The majority of the BC’s current battles are with Chaos, and these feuds have been less consistent. Night 1 of Castle Attack, the one with the five BC vs. Chaos singles matches, could easily surpass expectations; I think it’s been easy to forget that G.o.D. actually had pretty strong singles matches recently in the American New Japan Cup, and that Evil and Okada have had well-received matches in the past. The parts of the Road to Castle Attack where these guys just wrestle each other have been fun, and G.o.D. cuts some good post-main event promos on the 16th after Tanga Loa gets his pin back over Yoshi-Hashi. However, the positives of Chaos vs. BC keep being overshadowed by an issue that’s carried over from the New Beginning tour: confusing refereeing and screwy match endings.

The biggest offender here is the February 14 main event, an elimination match that pits Evil, Jay, G.o.D., and the returning Chase Owens against Okada, Ishii, Goto, Yoshi-Hashi, and Yano. The match begins with Owens vs. Yano, a feud that is already being received so much worse by international fans than it would have been if it happened before the allegations made against Owens during Speaking Out, and is now being executed in a very confusing way. Chase brings the strap for their upcoming Texas Strap Match into the ring to attack Yano, and Red Shoes is fine with that even though NJPW elimination matches aren’t No DQ. Chase even eliminates Yano using the strap and the eliminated Yano then eliminates him by using the strap to pull him over the top rope. It doesn’t make sense at the time and makes even less sense in retrospect because Marty Asami cautions Owens for using the strap in later matches. This is needlessly bad continuity, and the only way it could be justified in kayfabe is by saying that the mind of Red Shoes is just too scrambled at this point to recognize foreign objects.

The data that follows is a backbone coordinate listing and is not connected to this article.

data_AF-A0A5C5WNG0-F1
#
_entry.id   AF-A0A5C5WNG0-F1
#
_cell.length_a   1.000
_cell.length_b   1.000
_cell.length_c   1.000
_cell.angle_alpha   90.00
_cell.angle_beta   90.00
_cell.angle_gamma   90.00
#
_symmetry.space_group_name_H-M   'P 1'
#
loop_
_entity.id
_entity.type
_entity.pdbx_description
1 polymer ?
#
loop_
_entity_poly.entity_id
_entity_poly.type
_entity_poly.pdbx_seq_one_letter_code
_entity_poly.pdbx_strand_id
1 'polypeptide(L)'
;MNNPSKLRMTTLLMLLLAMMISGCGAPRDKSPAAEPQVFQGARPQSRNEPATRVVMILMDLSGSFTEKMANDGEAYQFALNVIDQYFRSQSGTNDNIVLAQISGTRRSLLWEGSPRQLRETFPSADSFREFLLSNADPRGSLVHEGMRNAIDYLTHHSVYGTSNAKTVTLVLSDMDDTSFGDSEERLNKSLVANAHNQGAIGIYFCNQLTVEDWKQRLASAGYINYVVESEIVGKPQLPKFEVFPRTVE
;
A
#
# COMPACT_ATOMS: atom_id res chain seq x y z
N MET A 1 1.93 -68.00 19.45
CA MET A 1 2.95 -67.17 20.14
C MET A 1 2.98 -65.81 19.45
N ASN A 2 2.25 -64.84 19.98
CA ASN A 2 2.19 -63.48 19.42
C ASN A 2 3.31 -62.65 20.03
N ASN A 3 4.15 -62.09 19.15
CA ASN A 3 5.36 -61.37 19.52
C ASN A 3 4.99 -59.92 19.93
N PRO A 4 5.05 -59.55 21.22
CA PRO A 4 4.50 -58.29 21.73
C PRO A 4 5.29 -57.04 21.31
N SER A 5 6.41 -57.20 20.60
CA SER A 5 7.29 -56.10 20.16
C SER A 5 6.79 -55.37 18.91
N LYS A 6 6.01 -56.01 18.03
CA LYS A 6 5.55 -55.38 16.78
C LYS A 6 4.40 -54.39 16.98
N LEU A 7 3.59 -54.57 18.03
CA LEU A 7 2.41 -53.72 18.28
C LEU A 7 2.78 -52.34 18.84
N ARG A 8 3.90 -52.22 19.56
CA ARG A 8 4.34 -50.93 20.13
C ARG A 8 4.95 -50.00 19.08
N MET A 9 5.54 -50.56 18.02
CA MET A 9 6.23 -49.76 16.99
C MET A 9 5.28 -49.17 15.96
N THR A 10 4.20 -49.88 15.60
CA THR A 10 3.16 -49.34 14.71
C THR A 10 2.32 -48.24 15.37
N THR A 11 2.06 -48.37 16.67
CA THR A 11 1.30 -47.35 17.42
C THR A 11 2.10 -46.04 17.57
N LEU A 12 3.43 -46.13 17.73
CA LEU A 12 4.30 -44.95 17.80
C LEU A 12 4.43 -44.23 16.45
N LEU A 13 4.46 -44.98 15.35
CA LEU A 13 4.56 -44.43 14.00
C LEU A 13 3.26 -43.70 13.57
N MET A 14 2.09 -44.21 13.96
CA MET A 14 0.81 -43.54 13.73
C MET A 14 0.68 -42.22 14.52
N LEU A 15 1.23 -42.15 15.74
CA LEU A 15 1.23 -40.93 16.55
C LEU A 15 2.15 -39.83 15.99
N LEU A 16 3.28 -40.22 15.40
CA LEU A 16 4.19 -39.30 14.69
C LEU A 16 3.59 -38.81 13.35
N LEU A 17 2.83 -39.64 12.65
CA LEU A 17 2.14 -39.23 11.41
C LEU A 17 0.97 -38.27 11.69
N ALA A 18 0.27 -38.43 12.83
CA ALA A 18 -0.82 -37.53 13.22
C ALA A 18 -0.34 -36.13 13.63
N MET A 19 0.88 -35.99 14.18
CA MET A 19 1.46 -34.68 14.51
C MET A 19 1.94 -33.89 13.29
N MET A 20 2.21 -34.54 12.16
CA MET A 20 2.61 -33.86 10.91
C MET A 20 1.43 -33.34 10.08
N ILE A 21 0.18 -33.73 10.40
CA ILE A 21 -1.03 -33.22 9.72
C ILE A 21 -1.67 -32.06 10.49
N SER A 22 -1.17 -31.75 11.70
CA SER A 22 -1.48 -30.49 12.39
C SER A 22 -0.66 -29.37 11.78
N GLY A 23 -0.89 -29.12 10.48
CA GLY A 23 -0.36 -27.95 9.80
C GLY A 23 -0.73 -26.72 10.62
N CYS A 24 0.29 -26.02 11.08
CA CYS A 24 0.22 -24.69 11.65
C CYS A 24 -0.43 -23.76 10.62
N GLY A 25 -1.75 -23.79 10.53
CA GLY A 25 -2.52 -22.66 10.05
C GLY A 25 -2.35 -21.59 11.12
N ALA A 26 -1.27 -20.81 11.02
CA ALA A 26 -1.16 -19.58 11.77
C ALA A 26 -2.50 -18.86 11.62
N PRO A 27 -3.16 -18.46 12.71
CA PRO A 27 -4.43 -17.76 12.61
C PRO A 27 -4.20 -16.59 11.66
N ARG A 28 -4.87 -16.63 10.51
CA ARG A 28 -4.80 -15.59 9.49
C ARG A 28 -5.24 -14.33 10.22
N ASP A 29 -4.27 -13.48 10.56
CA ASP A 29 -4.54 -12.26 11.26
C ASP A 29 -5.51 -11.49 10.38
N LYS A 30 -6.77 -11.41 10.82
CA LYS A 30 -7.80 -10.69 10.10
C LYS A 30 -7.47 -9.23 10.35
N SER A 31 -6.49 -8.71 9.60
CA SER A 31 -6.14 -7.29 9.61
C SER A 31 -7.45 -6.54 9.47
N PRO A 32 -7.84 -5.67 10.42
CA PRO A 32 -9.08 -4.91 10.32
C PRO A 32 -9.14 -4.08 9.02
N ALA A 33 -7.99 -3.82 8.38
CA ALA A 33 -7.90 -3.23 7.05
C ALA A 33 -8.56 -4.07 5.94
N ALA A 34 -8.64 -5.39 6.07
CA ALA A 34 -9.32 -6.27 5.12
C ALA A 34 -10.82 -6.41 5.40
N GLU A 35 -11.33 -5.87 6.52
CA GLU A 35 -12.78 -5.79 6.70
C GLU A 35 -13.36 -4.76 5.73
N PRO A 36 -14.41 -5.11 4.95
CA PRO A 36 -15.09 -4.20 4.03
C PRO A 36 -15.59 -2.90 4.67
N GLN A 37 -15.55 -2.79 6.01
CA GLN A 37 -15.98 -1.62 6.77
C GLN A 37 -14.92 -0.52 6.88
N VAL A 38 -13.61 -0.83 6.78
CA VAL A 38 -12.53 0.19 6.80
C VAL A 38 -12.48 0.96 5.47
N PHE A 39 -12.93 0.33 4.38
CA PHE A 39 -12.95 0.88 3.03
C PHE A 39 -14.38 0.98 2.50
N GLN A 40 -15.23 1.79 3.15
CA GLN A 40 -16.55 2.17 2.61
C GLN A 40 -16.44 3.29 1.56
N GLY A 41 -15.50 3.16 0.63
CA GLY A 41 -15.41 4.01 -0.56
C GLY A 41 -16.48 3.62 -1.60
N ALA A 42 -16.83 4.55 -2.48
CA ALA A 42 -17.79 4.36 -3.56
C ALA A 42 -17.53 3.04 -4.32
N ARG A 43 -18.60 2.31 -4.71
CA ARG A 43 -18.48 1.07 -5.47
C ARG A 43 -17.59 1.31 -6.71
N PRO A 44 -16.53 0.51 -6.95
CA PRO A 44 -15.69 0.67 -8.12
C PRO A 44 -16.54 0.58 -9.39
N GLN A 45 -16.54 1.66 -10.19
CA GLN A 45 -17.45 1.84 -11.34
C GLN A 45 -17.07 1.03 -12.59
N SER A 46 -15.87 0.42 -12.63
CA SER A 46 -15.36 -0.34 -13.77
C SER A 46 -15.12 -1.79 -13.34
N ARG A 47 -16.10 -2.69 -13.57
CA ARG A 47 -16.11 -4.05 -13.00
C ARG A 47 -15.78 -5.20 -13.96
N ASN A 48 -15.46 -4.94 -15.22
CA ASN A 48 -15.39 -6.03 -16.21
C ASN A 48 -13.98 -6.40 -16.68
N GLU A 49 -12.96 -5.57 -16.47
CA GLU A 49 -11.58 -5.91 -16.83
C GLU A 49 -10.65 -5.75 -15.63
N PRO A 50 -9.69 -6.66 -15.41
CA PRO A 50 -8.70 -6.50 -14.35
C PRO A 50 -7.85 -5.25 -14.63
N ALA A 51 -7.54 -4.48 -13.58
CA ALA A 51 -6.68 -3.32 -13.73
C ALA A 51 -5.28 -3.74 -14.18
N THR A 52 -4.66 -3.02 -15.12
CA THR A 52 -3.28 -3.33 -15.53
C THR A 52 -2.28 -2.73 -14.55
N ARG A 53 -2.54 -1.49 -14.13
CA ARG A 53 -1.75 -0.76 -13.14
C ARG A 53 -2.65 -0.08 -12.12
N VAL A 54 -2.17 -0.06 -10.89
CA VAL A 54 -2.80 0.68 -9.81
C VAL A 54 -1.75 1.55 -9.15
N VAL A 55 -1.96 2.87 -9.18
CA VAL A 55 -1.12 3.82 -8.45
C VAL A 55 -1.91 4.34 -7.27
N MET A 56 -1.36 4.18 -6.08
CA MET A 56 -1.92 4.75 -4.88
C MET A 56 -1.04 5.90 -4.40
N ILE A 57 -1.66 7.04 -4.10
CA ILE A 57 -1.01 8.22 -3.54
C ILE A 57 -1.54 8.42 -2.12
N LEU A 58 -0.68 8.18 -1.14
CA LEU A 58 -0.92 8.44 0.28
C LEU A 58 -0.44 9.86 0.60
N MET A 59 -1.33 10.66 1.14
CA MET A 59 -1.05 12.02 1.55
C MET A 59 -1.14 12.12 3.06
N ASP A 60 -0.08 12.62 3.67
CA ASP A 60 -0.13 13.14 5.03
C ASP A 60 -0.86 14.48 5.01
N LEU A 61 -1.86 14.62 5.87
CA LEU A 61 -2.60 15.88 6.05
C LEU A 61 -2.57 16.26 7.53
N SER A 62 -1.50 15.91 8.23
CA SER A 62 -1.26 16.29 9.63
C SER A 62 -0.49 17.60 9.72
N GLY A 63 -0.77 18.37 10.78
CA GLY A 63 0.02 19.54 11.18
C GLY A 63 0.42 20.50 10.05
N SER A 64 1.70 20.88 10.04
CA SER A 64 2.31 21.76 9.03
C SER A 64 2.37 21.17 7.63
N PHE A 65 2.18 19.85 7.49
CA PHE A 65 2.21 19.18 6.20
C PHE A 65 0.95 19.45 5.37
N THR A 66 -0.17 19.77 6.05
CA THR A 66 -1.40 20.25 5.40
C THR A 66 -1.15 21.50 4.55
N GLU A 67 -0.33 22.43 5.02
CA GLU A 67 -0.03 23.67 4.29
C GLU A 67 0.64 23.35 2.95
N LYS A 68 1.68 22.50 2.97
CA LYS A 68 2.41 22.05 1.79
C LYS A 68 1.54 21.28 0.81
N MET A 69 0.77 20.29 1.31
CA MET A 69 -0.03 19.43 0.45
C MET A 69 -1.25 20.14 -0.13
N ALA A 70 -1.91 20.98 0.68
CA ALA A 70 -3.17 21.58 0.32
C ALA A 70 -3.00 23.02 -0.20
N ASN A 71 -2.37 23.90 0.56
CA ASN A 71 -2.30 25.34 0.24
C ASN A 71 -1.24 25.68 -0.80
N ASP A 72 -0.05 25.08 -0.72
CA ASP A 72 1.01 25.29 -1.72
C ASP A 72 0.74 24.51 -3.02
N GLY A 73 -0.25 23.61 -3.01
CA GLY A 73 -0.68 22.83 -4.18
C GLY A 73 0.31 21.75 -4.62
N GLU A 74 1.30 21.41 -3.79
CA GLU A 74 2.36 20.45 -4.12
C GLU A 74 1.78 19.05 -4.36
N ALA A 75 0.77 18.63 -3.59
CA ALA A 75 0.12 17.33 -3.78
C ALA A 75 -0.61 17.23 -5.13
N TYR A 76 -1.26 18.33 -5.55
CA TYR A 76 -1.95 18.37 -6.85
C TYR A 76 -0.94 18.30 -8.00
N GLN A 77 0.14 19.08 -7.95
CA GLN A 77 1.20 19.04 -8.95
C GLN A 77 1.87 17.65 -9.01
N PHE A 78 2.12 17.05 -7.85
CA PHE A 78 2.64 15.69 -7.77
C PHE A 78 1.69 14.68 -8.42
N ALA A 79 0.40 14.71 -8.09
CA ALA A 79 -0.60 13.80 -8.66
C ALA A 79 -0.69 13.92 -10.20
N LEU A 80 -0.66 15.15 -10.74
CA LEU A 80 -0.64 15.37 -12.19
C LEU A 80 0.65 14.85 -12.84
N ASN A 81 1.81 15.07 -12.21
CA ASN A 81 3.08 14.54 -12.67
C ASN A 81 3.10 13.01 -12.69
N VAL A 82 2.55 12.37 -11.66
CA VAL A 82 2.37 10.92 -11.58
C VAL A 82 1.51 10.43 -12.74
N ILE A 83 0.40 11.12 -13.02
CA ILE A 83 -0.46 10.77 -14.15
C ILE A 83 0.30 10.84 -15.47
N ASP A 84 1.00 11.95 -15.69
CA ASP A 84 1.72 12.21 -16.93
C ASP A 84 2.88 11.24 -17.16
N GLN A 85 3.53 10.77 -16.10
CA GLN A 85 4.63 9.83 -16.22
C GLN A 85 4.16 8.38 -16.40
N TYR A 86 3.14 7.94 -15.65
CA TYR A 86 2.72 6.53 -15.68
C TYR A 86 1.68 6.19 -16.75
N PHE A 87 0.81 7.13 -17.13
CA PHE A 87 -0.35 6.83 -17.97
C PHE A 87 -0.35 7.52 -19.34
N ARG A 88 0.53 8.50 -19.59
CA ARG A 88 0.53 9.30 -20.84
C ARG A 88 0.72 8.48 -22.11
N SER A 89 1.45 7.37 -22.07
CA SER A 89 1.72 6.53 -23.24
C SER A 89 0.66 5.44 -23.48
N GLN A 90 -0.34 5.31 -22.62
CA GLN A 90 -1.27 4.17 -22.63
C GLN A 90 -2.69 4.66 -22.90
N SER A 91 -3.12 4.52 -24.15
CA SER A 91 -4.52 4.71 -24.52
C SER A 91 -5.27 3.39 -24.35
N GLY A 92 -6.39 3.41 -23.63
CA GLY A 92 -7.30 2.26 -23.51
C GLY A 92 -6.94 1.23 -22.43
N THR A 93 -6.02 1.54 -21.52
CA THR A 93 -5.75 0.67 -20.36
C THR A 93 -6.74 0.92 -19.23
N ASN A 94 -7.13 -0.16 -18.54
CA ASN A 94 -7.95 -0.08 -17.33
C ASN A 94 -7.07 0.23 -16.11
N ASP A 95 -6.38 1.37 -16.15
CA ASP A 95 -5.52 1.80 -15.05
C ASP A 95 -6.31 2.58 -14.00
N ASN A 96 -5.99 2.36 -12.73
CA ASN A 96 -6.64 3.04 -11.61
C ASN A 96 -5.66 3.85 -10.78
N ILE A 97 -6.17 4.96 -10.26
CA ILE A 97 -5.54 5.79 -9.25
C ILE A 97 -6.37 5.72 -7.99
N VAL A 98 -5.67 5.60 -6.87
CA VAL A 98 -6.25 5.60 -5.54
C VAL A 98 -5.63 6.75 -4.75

The other Chaos vs. BC match finishes include a weird-looking one where Togo pins Sho after interference by Evil and a no-contest when Ishii, Goto, Yoshi-Hashi, and Yano vs. Jay, G.o.D., and Chase devolves into choking and stick attacks. The problem with these isn’t necessarily the screwiness and inference. The issues are that first, said screwiness and interference aren’t refereed in a way consistent enough for the viewer to keep track of what’s a serious offense and what’s not a big deal and can be allowed to slide. Second, partly because of that first point and partly because we all expect this type of thing from BC already, these shenanigans aren’t really increasing the drama or heat of these feuds – just decreasing the quality of the matches on these shows. I think it would have worked better for the Chaos vs. Bullet Club feud to play out more like the Bullet Club vs. L.I.J feud on this tour, with more wrestling-focused tag matches that included closer to the BC-typical amount of cheating.

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Emily Pratt

Emily Pratt is a freelance writer based in Los Angeles. She used to study, write about, and make theater. Now she writes a lot about pro wrestling. Pratt is a regular contributor for Fanbyte, with other bylines at Uproxx, Deadlock, Mind Games, Orange Crush, and FanSided WWE.